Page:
The recent Joan Ganz Cooney Center quick study, “Print books vs. eBooks” has caused quite a stir in reading and techno-panic circles—inspiring paper book purists to condemn eBooks all together and the eBook curious to become more vociferous about the merits and potential of tablet-based literary experiences. These articles beg the questions: What were the results of the study? Why should parents and children’s book lovers care?
“Print books vs. eBooks” study in a nutshell:
Purpose of study: To compare parent-child reading interactions, child reading engagement and child reading comprehension across basic, eBook and enhanced (multi-media) book formats.
Methodology: The Joan Ganz Cooney Center “recruited 32 pairs of parents and their 3-6-year-old children at the New York Hall of Science’s Preschool Place. Each pair read a print book and either an enhanced or basic e-book while researchers videotaped their interactions and took observational notes. Following the co-reading task, researchers tested the children on their comprehension of the story and interviewed parents about their reading practices at home and elsewhere.”
“Across all book formats, children performed nearly equally when asked to explain a critical element in the story.”
“Children who read enhanced eBooks recalled significantly fewer narrative details than children who read the print version of the same story.”
“When measuring overall engagement—a composite of parent-child interaction, child-book interaction, parent-book interaction, and signs of enjoyment—63% of the pairs were as engaged reading the print book as they were when reading the e-book (both types).”
“When measuring child-book engagement (e.g., direct attention, touch), more children showed higher levels of engagement for the e-books than the print books… Children also physically interacted with the enhanced e-book more than when reading either the print or basic e-book.” See full study details here.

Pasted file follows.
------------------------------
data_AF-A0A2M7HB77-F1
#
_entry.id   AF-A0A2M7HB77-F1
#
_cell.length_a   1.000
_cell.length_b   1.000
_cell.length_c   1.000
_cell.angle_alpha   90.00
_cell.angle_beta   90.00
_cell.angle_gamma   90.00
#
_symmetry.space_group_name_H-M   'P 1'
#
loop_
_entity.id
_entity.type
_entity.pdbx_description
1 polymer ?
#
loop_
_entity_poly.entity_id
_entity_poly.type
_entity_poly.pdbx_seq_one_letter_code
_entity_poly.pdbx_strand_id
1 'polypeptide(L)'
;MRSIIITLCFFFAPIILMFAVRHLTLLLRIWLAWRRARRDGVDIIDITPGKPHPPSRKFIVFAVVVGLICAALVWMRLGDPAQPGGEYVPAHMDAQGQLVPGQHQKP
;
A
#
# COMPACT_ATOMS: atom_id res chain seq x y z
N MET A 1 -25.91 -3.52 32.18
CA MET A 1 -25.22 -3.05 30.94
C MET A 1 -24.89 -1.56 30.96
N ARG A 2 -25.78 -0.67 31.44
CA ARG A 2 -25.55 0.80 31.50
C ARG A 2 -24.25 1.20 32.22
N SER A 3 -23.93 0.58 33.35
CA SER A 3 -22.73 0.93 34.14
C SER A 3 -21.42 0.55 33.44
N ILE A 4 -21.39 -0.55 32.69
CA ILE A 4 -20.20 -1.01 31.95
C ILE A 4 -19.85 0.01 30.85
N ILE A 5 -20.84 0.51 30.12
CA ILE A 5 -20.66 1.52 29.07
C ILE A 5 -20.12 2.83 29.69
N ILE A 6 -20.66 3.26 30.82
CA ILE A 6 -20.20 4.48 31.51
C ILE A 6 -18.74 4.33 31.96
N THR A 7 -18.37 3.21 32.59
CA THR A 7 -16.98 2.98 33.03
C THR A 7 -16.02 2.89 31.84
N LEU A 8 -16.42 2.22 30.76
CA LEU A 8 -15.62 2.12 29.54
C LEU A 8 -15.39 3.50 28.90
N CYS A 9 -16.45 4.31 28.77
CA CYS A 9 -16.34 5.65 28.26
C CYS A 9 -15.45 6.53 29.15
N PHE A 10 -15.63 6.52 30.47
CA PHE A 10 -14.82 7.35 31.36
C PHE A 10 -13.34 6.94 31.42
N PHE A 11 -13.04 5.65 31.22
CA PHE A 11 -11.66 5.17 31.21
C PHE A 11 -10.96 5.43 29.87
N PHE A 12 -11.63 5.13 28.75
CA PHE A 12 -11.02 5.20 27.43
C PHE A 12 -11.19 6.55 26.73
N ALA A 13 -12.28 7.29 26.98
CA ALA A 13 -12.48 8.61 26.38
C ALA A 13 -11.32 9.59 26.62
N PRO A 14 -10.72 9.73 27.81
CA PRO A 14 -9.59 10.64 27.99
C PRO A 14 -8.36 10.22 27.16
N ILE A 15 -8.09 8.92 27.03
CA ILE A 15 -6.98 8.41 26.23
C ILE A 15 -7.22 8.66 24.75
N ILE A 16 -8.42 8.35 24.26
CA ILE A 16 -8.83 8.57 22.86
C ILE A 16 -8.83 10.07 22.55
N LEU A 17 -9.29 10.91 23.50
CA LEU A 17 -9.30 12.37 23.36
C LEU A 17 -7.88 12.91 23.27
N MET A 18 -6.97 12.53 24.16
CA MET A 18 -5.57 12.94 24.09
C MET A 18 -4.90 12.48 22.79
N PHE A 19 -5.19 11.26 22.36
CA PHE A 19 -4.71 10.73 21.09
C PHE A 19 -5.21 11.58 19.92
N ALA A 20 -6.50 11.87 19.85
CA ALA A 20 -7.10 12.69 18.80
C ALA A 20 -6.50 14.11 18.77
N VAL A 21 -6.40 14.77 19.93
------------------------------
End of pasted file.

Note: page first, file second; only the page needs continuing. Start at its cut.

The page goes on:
What does this study have to do with my child? Why should I care?
As eBooks are a relatively new fixture on family (and school) bookshelves, the research on “Print books vs. eBooks” is in its infancy. Therefore, when reading articles about such research it is critical to check the research methodology before extrapolating the findings to our own families (or classrooms). The Joan Ganz Cooney Center study above reflects findings from 32 families in New York using only two eBook science titles. Furthermore, the results refer to children ages 3-6 and may not extrapolate to older children. In a nutshell, great exceedingly small-scale study, but not conclusive enough to draw definitive opinions on the goods/evils of “Print books vs. eBooks”.
So, what does this mean for parents that want to know, “Should I be reading print books or eBooks with my child?”
It is time to put on our researchers’ caps and do a few homespun tests of our own!
While reading print books, eBooks or enhanced books with your child (or students), ask yourself, “Is my child recalling information from the story? Is she engaging with the print/images/interactive features? Are we inspired to have further conversations about the story? Which eBook interactive elements enhance our reading experience? Which detract from the experience? Are we having fun?”
The news media is always looking for a juicy “what is good vs. bad for children” story to rile up parents (and educators). So, when it comes to stories about reading research, let’s not let the politics of “the reading wars” or the public’s “Print book vs. eBooks” debate get in the way of our own assessments of what works best for our families and classrooms.
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